He said the amount of water let out of Okanagan Lake in the South Okanagan impacts the North Okanagan.

“It's affected by the Similkameen River that can act like a dam on the lower Okanagan and it can start backing water up into Osoyoos Lake and if that happens it's going to have a chain reaction all the way up the Valley. The river in Washington State can only hold so much water, so we could be in this all through June,” said Louis.

Other concerns the band has are septic fields and holding tanks. Many homes in the area are on septic and Louis has concerns about the flood waters washing all that material into the lake.

A public information meeting will be held at at Head of the Lake Hall, 118 Head of the Lake Rd. Thursday, May 25 from 6 p.m. to 9 p.m.

Docks lost, trees down

UPDATE: 2:30 p.m.

The Tronson Road boat launch has been temporarily closed due to debris buildup following yesterday's wind storm.

City crews are removing debris today and expect the boat launch to be open by 6 p.m. tonight. 

Boating on Okanagan and Kalamalka Lakes is strongly discouraged while while they remain at flood levels.

Docks were lost and tree branches fell in the Landing and further afield along Okanagan Lake Tuesday night.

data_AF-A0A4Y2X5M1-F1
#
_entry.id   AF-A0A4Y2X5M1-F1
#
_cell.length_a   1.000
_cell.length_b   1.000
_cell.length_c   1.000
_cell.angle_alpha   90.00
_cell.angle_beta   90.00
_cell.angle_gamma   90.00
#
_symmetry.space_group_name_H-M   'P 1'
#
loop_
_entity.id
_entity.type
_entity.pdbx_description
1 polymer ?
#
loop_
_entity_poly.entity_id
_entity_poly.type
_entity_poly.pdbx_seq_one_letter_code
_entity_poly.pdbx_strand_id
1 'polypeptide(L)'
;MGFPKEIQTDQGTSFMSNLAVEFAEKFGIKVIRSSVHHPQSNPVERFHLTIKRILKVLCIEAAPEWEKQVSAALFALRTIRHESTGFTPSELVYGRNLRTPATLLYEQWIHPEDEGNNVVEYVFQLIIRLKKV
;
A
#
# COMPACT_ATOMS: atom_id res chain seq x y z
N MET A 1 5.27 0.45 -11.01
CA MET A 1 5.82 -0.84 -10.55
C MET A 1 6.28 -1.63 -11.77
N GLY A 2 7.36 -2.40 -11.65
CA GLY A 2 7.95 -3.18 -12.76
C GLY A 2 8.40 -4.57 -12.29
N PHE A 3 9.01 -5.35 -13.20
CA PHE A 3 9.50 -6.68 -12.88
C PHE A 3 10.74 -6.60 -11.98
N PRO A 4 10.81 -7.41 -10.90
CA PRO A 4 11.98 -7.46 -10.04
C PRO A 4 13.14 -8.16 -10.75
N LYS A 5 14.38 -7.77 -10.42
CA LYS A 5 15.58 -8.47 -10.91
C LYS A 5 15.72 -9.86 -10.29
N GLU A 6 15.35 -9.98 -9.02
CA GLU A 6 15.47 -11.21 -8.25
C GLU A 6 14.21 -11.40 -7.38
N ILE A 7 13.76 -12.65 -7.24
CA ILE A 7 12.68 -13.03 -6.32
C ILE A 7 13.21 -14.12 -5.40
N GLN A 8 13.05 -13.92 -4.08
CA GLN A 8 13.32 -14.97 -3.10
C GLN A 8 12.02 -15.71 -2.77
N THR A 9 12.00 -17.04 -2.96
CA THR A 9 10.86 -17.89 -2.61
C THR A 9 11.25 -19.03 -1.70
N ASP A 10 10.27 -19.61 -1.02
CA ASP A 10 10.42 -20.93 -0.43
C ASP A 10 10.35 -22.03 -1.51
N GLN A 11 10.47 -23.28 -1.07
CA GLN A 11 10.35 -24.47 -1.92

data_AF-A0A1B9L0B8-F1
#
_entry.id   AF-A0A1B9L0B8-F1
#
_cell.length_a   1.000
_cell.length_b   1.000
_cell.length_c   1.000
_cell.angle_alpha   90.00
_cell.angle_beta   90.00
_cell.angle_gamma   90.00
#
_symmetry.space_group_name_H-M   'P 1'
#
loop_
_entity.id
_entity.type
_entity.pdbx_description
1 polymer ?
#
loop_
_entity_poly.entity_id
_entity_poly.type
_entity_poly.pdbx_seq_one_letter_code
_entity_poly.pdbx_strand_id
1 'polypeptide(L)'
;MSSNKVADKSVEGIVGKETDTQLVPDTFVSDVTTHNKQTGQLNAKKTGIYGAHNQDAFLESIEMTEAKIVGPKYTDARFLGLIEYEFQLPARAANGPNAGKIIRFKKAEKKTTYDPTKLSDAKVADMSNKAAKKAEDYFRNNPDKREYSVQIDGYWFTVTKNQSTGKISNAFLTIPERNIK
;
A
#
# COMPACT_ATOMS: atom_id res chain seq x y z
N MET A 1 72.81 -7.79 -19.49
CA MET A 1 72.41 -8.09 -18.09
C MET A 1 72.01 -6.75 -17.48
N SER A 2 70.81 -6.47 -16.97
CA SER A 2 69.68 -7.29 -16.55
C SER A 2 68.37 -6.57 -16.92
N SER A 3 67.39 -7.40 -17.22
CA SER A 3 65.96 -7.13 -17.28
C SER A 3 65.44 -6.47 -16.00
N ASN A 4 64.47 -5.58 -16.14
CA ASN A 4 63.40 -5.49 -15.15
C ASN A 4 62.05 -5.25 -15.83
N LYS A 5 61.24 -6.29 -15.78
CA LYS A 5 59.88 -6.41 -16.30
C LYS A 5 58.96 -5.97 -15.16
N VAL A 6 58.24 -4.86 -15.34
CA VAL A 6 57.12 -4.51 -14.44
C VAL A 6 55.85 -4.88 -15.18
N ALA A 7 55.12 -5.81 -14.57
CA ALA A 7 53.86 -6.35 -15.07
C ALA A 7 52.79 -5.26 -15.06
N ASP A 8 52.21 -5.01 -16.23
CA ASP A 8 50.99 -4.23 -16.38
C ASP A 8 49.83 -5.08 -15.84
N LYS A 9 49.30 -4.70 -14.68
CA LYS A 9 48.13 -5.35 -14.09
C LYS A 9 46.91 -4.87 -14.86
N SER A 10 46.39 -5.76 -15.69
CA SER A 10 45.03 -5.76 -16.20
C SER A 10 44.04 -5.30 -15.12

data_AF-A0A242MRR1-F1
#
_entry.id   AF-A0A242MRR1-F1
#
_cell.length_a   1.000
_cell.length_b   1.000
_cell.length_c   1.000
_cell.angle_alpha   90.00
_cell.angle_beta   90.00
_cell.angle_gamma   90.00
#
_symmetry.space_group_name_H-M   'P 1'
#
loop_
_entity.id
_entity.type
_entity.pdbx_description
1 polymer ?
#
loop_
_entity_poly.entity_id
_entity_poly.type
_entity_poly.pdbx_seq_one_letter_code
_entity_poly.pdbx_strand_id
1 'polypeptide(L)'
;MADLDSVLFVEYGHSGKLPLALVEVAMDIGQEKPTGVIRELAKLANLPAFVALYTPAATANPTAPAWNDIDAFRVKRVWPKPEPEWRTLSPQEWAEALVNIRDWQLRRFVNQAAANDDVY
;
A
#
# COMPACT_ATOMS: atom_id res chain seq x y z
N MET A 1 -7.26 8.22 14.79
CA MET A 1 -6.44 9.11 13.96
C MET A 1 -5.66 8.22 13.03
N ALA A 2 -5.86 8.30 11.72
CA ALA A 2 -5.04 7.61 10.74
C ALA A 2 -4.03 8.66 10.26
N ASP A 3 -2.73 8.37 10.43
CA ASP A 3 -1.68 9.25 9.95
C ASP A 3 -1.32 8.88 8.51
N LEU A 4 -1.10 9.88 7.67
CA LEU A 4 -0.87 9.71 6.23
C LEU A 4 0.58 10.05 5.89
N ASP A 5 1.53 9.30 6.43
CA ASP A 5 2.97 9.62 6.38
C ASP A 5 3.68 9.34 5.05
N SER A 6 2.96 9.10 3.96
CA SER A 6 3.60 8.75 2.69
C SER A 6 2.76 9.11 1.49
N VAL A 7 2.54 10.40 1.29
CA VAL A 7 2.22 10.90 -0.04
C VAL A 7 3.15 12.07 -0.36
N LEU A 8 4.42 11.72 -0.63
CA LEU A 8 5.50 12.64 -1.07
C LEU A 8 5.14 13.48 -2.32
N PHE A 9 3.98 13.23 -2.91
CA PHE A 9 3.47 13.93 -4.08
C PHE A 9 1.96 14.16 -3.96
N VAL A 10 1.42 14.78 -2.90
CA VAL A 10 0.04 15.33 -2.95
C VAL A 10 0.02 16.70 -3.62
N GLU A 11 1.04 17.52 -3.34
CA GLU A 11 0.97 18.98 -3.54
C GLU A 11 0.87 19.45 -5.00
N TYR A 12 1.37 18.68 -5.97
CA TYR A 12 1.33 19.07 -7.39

On Wednesday morning, City of Vernon workers at Kin Beach cut damaged tree branches and cleaned up others that had fallen during the storm, as high winds continued to batter the almost invisible line of beach.

While the Vernon Yacht Club's moorings took a battering during the windstorm, they held up and no damage was reported except a broken water line, according to a member of the club.

Other members showed up to survey the scene and check their boats.

A number of private docks were lost along Okanagan Landing Road.

Some men were seen struggling in the waves to secure docks while other people were at sand piles, bagging sand to fill breached positions.

Further along, near Harbour Heights Road, Ryan Danchuk surveyed the damage to his new build right on the lake.

“We had built a three-foot sandbag wall all along the perimeter of the property and then about 6 p.m. the weather changed and the waves came up,” said Danchuck. “They just totally destroyed the sandbag wall in about 15 minutes.”

Danchuk, his family and friends scrambled to put plywood sheets and sandbags against the glass doors of his unfinished house to keep the water out.

“I've lived on the lake my whole life and I've never seen anything like this....We're just going to keep on keeping on.”

Emergency OKIB meeting